But what motivates people to take up this role, which is usually hard work without any benefits?
Cathrine Mutomba (39) of Mabvuku, who has been a care-giver for five years, said she was inspired by a care-giver who looked after her when she was critically ill.
“Mai Mambo, who used to live in our neighbourhood, was a generous lady who worked as a care-giver,” Mutomba said.
“When l became ill in 2006, she used to do everything for me as she would bath me and dress my wounds as well as feed me.
“She did these things whole-heartedly without complaining about anything.”
When she recovered in 2007, Mutomba joined a home-based care group, so that she could take care of others as well.
She said although they are volunteers, if they were to be given some incentives, more lives would be saved by dedicated care-givers.
“We are volunteers but we must not be taken for granted, we need a good life, just like anyone else,” Mutomba said.
“Every month we are given US$15, which is very little to cater for our needs.
“At times some of these patients have wounds and we will be exposing ourselves to infections.”
She urged the government to give them some incentives so that they can execute their job more effectively.
Itai Rusike, the Community Working Group on Health (CWGH), whose organisation has been involved in the training of health care-givers said the volunteers must be accorded the respect they deserved.
“It’s high time home care-givers are catered for in the national budget as most of them are living in poverty yet they are serving the nation,” Rusike said.
“The National Aids Council (NAC) must consider giving a portion of the Aids Levy to the care-givers.
“There is no proper system of remuneration for home care-givers, which is making their lives difficult.
Rusike said the situation was worse in rural areas where the care-givers could not afford protective clothing.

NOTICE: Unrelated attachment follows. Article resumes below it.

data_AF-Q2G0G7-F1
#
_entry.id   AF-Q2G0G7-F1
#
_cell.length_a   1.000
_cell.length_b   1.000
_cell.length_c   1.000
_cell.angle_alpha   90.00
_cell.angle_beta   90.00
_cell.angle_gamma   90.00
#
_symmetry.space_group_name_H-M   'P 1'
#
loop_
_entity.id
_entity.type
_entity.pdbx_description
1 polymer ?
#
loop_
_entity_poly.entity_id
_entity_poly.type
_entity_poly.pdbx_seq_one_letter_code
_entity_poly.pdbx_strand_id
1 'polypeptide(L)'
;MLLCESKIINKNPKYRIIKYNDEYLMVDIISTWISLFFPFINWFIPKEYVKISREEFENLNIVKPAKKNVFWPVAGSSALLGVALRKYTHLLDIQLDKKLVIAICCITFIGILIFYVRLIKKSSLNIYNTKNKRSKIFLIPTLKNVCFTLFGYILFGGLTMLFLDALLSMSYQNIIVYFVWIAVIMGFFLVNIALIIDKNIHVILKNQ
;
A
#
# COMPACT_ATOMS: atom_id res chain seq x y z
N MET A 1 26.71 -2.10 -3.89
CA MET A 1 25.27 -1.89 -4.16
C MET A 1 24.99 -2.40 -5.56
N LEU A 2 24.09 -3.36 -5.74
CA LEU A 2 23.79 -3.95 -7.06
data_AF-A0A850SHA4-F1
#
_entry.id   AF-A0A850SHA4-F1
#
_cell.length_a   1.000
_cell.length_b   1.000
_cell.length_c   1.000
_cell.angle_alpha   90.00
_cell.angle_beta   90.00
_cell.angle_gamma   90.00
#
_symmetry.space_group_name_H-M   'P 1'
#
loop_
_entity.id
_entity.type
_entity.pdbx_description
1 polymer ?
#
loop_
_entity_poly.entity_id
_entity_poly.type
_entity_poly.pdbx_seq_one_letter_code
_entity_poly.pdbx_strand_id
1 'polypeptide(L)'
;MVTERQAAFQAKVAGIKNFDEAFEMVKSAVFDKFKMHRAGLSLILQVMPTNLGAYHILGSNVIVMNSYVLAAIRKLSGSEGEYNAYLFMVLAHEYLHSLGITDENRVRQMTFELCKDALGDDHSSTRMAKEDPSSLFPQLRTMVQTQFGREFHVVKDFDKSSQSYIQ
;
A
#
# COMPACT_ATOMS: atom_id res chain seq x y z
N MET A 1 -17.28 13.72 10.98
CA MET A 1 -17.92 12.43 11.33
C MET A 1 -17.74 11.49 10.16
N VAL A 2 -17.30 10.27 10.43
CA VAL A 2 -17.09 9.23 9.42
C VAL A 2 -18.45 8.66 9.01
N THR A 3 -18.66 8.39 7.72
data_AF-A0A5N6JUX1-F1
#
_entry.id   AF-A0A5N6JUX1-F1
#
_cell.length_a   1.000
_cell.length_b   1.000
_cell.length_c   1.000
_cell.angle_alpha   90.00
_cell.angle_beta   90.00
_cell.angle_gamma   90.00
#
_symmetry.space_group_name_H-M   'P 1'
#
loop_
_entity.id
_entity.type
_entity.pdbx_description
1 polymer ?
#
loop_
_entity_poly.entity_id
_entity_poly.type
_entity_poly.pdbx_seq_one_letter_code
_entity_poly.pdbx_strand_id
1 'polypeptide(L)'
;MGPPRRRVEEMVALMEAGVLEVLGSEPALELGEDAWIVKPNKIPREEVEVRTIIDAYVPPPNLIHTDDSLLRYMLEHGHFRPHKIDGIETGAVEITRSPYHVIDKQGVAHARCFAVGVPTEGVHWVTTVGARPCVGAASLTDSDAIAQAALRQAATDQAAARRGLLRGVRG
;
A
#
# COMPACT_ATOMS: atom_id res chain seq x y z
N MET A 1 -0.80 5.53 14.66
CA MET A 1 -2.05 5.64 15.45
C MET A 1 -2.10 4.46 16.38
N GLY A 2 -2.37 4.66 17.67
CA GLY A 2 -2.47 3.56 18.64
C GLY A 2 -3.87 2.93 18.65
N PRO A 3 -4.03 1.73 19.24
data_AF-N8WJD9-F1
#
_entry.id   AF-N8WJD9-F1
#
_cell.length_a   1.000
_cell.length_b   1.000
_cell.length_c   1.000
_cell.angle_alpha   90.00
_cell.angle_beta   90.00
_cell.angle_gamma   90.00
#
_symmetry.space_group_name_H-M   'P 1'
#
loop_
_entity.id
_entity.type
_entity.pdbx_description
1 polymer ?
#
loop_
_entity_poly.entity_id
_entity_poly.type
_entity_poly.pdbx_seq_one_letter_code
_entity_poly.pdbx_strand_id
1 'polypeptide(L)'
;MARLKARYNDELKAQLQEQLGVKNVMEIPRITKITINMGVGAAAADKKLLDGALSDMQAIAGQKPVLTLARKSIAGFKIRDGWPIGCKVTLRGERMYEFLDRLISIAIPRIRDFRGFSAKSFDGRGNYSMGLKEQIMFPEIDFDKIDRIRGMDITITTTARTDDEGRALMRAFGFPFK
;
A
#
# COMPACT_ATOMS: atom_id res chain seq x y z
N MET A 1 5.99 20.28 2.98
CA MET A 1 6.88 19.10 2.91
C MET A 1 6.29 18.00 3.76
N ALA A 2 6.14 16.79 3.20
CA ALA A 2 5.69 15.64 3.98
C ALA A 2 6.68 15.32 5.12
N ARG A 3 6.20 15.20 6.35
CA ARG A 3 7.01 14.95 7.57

He said there was also need for proper coordination of care-givers as the fact that they were trained by different organisations meant there could be no uniformity in the way they were remunerated.
CWGH, the Ministry of Health and Child Welfare as well as the United Nations Children’s Fund have trained over 1 200 village health workers working across the country. Fred Kachote, the executive director of The Centre, a non-governmental organisation that helps people living with HIV, said care-givers played a key role in the management of the Aids pandemic.
“The United Nations has set aside December 5 as the International Volunteer Day to recognise the role played by these people.
“This shows that they are very vital and need to be recognised,” he said.
NAC CEO Tapuwa Magure agreed that home care-givers need to be rewarded for their work.
“Being volunteers does not mean that these people do not need to be recognised,” he said.
“There is need for them to be motivated so that they continue with the good work they are doing in their communities.
“Stake holders involved with home care-givers must put more effort in providing them with adequate resources as well as better incentives.”